Owner of Detroit-Area Health Care Clinics Pleads Guilty to Drug Diversion Scheme
The owner of a Detroit, Michigan-area physical therapy clinic pleaded guilty today for his role in a drug diversion scheme.
Assistant Attorney General Brian A. Benczkowski of the Justice Department’s Criminal Division, Special Agent in Charge Keith Martin of the U.S. Drug Enforcement Administration (DEA)’s Detroit Division and Special Agent in Charge Lamont Pugh III of the U.S. Department of Health and Human Services Office of Inspector General’s (HHS-OIG) Chicago Regional Office made the announcement.
Malik Fuqua, 49, of Southfield, Michigan, pleaded guilty to one count of conspiracy to distribute controlled substances before U.S. District Judge David Lawson of the Eastern District of Michigan. Sentencing has been scheduled for Feb. 26, 2020, before Judge Lawson.
Fuqua was the owner and operator of 1st Priority Physical Therapy of [Southfield], Michigan, and also assisted in the day-to-day operations of Abyssinia Love Knot Physical Therapy LLC of Southfield, Michigan, which was purportedly a pain management and physical therapy clinic. As part of his guilty plea, Fuqua admitted that he conspired with others to unlawfully distribute controlled substances and that he oversaw physicians who would write medically unnecessary prescriptions for controlled substances, such as oxycodone and oxymorphone. Fuqua admittedly facilitated patient visits with doctors, and accepted payment from patients and patient recruiters/marketers in exchange for physician visits at which he knew that prescriptions for medically unnecessary controlled substances would be provided. Medicare beneficiaries were required to sign physical therapy documents as a condition to receive prescriptions for controlled substances, regardless of medical necessity, Fuqua admitted.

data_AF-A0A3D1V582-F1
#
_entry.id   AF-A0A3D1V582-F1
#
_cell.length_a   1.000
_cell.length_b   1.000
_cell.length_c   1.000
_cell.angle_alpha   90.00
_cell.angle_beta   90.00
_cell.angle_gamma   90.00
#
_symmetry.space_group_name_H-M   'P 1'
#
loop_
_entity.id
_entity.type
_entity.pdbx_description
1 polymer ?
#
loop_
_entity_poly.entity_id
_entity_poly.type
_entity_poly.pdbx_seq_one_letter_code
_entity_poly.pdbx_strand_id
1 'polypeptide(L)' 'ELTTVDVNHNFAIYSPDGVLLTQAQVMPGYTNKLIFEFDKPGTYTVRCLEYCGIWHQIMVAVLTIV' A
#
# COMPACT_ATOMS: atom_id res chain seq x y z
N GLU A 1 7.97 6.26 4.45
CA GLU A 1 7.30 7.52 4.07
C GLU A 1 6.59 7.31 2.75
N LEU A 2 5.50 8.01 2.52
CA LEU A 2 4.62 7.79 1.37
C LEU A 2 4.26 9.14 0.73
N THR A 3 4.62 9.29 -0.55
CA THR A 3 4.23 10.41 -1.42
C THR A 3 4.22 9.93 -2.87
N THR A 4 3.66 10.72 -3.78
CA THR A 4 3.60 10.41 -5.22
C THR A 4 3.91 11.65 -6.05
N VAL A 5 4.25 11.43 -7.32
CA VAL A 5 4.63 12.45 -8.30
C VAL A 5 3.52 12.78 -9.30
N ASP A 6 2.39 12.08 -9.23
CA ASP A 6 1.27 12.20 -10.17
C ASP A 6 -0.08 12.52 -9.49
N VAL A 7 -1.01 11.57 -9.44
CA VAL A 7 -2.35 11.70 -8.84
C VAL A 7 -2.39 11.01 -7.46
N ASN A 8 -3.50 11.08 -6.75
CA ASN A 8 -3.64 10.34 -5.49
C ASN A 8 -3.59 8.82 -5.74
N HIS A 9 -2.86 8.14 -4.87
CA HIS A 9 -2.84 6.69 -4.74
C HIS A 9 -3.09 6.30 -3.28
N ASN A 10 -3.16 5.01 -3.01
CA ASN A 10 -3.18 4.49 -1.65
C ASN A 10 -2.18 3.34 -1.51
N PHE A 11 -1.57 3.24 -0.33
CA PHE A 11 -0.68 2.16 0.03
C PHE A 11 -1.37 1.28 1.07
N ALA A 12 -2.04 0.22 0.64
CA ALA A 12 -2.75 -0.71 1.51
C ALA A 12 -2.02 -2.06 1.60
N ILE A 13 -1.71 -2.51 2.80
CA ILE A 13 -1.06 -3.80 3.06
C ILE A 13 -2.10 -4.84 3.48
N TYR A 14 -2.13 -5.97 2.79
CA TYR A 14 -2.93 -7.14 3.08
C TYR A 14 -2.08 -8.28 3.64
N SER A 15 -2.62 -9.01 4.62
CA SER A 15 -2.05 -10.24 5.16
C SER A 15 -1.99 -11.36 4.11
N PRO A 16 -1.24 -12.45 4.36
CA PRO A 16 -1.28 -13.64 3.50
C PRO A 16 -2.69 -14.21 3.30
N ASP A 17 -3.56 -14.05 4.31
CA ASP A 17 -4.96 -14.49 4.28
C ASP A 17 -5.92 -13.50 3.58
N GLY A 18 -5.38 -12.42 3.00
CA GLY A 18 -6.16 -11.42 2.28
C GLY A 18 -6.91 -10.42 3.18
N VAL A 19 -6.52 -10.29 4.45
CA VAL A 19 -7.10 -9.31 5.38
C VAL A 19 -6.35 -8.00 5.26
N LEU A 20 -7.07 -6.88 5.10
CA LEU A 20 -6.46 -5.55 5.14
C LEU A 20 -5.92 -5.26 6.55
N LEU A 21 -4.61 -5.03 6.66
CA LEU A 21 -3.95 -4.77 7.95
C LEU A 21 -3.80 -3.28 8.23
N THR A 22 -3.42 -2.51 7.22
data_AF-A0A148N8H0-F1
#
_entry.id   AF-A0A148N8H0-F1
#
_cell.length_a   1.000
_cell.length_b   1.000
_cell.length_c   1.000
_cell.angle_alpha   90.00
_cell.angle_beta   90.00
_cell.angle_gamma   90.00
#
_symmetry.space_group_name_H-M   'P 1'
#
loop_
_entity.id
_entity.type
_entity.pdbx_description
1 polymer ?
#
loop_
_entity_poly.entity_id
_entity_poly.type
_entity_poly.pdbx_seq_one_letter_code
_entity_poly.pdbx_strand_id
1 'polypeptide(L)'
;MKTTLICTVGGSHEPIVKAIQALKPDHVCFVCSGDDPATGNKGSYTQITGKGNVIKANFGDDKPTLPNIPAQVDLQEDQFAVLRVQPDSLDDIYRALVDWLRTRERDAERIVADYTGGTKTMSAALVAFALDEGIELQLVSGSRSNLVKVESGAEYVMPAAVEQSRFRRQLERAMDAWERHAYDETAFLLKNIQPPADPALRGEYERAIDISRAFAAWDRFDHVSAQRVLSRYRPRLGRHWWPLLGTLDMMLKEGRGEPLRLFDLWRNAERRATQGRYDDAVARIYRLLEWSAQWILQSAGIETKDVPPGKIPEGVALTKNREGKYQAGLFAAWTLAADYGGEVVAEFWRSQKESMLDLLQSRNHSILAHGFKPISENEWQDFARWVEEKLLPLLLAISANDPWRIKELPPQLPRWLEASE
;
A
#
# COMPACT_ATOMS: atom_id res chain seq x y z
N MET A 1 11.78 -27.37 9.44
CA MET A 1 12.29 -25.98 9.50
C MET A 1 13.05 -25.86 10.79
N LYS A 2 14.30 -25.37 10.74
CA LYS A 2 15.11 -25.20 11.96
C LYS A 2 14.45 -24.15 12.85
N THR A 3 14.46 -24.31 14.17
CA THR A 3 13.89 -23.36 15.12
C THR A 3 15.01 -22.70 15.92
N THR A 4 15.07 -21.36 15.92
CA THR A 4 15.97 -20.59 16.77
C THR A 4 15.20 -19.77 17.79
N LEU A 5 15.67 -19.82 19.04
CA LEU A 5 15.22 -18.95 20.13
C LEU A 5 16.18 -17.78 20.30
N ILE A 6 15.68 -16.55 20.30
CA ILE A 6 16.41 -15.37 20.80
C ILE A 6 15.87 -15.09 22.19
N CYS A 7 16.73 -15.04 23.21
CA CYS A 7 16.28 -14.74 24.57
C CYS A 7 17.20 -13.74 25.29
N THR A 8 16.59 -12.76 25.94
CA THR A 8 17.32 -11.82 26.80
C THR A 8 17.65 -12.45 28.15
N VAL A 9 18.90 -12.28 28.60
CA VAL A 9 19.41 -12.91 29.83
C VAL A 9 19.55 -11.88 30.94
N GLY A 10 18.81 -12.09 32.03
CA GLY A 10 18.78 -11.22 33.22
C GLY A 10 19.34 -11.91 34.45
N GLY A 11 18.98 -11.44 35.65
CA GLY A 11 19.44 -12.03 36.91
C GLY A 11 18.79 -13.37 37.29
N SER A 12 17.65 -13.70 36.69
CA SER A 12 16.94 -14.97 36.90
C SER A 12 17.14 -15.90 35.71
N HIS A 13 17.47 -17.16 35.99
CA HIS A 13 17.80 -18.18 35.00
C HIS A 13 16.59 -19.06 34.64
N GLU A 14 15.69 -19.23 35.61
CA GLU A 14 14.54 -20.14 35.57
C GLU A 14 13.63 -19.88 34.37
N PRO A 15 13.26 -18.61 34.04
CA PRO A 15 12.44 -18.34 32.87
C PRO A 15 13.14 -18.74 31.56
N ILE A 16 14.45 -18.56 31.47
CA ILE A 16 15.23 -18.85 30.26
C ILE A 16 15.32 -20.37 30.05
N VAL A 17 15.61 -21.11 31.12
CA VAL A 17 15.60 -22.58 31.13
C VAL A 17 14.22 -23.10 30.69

The total drug amount attributable to Fuqua is in excess of 500,000 oxycodone pills, he admitted.
The DEA and HHS-OIG investigated the case. Trial Attorney Patrick Suter and Assistant Chief Malisa Dubal of the Criminal Division’s Fraud Section are prosecuting the case. The case was previously prosecuted by Assistant Chief Drew Bradylyons and Trial Attorney Thomas Tynan of the Fraud Section.
The Fraud Section leads the Medicare Fraud Strike Force. Since its inception in March 2007, the Medicare Fraud Strike Force, which maintains 15 strike forces operating in 24 districts, has charged more than 4,200 defendants who have collectively billed the Medicare program for nearly $19 billion. In addition, the HHS Centers for Medicare & Medicaid Services, working in conjunction with the HHS-OIG, are taking steps to increase accountability and decrease the presence of fraudulent providers.